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Leather cracking on EGs - please advise - Page 3

post #31 of 185
Quote:
Originally Posted by MalfordOfLondon View Post
I thought you just meant the sort of "micro cracks" which were apparent in the first two photos. Your last photo shows something completely different.

Can't imagine anything can be done to remedy that and I'd say that's pretty strange for a shoe which is only a few years old unless you'd never taken care of them.

+1
post #32 of 185
Given EG's dire customer service and in this case questioning the honesty and integrity of the owner of the shoes, I suspect all you'll get is a "V" for victory sign. Good luck.
post #33 of 185
Do your feet perspire alot?

I have some shoes that have this cracking and I always suspected that it was the salts left over after perspiration moisture evaporated and caused abrasion within the leather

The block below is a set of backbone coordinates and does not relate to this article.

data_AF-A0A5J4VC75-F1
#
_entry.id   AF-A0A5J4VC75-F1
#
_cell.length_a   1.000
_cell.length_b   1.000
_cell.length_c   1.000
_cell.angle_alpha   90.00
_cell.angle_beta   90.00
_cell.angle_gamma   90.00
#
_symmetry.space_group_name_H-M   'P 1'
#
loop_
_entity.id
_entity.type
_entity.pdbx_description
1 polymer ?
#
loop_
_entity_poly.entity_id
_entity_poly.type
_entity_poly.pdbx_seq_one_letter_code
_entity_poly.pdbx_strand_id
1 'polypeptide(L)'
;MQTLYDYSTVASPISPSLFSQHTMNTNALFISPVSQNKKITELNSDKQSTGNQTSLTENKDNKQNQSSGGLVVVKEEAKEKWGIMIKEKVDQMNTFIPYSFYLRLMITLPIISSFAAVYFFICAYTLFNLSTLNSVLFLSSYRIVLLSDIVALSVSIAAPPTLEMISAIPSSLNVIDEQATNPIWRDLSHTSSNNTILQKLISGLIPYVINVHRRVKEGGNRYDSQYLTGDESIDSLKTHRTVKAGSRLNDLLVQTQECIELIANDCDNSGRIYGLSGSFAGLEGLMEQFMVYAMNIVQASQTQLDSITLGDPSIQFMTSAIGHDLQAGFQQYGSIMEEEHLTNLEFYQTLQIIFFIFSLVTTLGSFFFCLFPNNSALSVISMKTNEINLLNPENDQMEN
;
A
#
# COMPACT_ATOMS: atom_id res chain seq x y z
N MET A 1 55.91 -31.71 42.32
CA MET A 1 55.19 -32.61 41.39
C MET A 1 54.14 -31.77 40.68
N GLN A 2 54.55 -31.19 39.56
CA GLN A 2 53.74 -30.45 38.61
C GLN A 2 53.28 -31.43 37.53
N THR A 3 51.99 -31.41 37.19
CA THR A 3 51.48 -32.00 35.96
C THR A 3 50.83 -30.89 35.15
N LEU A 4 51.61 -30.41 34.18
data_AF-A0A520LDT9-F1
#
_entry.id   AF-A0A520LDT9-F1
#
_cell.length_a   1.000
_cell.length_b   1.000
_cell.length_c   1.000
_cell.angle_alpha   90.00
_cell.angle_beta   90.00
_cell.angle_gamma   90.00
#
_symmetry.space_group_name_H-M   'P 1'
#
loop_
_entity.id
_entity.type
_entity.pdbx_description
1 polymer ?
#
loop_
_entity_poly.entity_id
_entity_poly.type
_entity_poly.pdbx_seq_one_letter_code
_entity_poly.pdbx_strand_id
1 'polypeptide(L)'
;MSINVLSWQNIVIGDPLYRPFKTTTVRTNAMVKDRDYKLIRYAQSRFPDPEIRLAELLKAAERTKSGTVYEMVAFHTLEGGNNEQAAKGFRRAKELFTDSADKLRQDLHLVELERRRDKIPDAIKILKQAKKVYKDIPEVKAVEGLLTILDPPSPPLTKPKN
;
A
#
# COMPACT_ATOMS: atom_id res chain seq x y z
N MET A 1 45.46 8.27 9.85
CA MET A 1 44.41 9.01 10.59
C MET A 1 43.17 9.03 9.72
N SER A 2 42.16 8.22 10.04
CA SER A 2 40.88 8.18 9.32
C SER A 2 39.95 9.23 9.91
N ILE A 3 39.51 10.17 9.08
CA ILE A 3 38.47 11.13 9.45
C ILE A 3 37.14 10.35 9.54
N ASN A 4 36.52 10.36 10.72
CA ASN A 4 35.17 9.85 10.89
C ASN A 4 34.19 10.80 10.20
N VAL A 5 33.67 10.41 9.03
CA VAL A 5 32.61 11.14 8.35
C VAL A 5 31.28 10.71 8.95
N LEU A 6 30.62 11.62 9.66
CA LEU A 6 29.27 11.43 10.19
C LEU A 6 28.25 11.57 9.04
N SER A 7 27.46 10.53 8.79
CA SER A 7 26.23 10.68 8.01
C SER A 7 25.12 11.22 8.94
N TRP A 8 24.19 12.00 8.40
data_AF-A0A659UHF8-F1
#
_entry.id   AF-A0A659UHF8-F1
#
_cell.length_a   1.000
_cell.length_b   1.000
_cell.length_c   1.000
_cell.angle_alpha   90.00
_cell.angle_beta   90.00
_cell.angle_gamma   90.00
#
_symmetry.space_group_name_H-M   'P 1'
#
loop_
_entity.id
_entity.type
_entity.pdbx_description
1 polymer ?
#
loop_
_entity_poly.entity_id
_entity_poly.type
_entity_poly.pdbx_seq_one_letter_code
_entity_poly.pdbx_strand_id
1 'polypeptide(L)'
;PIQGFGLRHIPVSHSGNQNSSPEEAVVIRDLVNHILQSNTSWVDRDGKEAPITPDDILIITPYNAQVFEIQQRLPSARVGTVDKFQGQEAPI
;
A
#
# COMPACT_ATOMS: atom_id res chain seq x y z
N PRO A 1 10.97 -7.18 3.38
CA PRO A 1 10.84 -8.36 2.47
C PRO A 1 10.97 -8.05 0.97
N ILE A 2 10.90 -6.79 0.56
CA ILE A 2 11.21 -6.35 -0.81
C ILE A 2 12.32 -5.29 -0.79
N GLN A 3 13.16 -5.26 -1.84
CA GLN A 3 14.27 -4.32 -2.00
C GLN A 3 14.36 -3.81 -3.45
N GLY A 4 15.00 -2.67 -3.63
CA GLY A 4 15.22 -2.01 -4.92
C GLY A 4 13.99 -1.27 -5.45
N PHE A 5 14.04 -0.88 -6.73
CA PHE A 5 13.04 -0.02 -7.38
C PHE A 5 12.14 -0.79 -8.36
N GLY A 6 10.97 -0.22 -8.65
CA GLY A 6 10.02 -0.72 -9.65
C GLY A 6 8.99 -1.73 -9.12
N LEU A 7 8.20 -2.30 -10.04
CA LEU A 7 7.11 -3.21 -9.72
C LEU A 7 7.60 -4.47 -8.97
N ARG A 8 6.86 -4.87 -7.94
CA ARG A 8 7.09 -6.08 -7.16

post #34 of 185
Quote:
Originally Posted by rebel222 View Post
Maybe DWFII can comment, but I always find that calfskin that is dyed black seems to crack and crease more dramatically. Maybe it is something in the process of dying calfskin black that stresses the leather more than brown.
This would be interesting if true...my next shoe purchase is going to be a plain, black, captoe balmoral. I was considering investing in a higher end brand, but if this is true, I think I'll just stick to some Park Avenues.
post #35 of 185
Much better detail in the 2nd photograph. Seems a little off hand by EG, but then again, they can't guarantee the shoe for five years as a standard otherwise they'd be inundated with repairs.
post #36 of 185
Quote:
Originally Posted by DWFII View Post
some conditioning products do contain silicone and/or other chemicals (turpentine, benzine, etc..) that will hasten cracking....even if they don't mention it on the label.


Which? Recently switch to lexol as my main conditioner from saphir renovateur ...
post #37 of 185
Quote:
Originally Posted by Kuro View Post
Which? Recently switch to lexol as my main conditioner from saphir renovateur ...

Slightly off topic, but why'd you make the switch?